Turkish conspiracy theory: PKK pawn of NATO?
Just a week after Baghdad and Ankara made a public show of pledging cooperation against the PKK, Turkey's Prime Minister Recep Tayyip Erdogan and his military staff Oct. 9 for the first time formally approved unilateral incursions into Iraqi territory to route the Kurdish separatist guerillas. “To put an end to the terrorist organization operating in Iraq, the order has been given to take every kind of measure, legal, economic, political, including also a cross-border operation if necessary," said an official statement issued after the security summit in Ankara. The decision came after 15 Turkish soldiers were killed in guerilla attacks Oct. 7 and 8. The White House reacted by again stressing the need for co-operation between the US, Turkey and Iraq. (AKI, Italy, Oct. 9)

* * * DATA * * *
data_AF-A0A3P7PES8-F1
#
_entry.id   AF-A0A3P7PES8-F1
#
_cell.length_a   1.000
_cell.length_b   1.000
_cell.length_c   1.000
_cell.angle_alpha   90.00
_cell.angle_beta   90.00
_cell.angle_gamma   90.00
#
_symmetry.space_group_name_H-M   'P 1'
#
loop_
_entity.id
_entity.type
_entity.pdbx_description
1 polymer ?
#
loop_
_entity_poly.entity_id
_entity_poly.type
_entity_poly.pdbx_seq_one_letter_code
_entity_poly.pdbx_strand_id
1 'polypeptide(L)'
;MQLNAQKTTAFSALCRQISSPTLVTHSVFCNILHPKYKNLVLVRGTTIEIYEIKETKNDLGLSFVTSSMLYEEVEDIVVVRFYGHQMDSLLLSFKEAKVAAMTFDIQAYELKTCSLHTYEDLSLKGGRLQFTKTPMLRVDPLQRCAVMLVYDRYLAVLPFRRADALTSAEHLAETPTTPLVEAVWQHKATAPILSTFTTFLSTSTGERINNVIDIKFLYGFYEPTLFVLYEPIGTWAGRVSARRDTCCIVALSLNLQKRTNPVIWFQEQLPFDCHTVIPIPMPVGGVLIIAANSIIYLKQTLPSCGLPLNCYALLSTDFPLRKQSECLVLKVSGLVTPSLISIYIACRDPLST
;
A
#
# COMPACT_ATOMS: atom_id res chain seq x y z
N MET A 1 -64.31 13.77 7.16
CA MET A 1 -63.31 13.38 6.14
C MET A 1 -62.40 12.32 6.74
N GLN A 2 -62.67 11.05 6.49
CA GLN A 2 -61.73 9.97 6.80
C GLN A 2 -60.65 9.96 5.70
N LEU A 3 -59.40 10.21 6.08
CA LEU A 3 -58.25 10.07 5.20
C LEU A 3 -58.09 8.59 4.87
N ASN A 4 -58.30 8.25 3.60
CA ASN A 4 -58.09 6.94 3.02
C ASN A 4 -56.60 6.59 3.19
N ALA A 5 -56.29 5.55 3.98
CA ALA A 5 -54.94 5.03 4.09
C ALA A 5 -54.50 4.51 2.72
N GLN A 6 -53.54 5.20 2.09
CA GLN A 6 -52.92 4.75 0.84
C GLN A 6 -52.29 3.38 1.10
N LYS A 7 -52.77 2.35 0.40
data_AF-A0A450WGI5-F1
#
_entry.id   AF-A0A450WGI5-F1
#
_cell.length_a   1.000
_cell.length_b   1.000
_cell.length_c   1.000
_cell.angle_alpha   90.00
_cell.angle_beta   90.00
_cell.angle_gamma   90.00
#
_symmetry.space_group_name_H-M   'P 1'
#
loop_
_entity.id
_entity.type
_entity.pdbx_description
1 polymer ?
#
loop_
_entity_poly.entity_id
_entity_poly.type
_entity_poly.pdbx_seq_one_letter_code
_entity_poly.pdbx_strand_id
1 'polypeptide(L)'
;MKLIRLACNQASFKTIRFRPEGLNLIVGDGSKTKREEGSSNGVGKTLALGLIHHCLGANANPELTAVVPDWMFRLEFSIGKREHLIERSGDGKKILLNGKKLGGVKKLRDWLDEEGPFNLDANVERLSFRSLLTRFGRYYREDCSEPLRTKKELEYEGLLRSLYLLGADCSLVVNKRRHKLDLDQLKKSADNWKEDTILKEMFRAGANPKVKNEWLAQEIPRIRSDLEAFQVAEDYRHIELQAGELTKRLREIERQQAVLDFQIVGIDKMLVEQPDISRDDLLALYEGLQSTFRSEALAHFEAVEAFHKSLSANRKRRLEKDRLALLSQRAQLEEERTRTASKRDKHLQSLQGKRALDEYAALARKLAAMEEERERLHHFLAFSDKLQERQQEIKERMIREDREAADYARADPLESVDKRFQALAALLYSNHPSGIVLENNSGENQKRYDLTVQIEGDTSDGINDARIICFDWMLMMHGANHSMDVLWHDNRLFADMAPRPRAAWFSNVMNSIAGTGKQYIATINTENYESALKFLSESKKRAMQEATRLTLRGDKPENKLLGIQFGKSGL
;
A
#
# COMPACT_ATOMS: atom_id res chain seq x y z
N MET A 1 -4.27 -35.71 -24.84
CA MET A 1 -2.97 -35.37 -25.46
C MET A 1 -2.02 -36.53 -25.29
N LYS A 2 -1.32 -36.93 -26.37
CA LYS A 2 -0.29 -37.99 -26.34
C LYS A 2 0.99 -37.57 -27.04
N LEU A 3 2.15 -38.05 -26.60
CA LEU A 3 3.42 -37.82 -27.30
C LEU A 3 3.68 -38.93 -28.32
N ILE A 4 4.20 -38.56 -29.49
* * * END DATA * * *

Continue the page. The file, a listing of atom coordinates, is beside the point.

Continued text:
A spokesman for the regional government of Iraqi Kurdistan dismissed the move as "media scaremongering" aimed at "exerting pressure on the United States and the Iraqi government so they take part in the military operations against the PKK." The spokesman, Jamal Abdallah added: "The language of threats will not resolve a problem that has existed for many years." (AKI, Oct. 10)
But the Turkish daily Zaman charged that NATO is "using the PKK against Turkey" to derail its democratic process, noting that in the two months leading to the recent presidential election, some 100 Turkish soldiers or security personnel were killed in clashes with the PKK. The report alleged that the US is shipping weapons to the PKK in northern Iraq by helicopter, and providing the rebels with logistical aid. The claims were picked up by Iran's Press TV, which noted: "The Pentagon, however, floats the claim that the PKK has acquired US weapons on the black market." (Press TV, Oct. 10)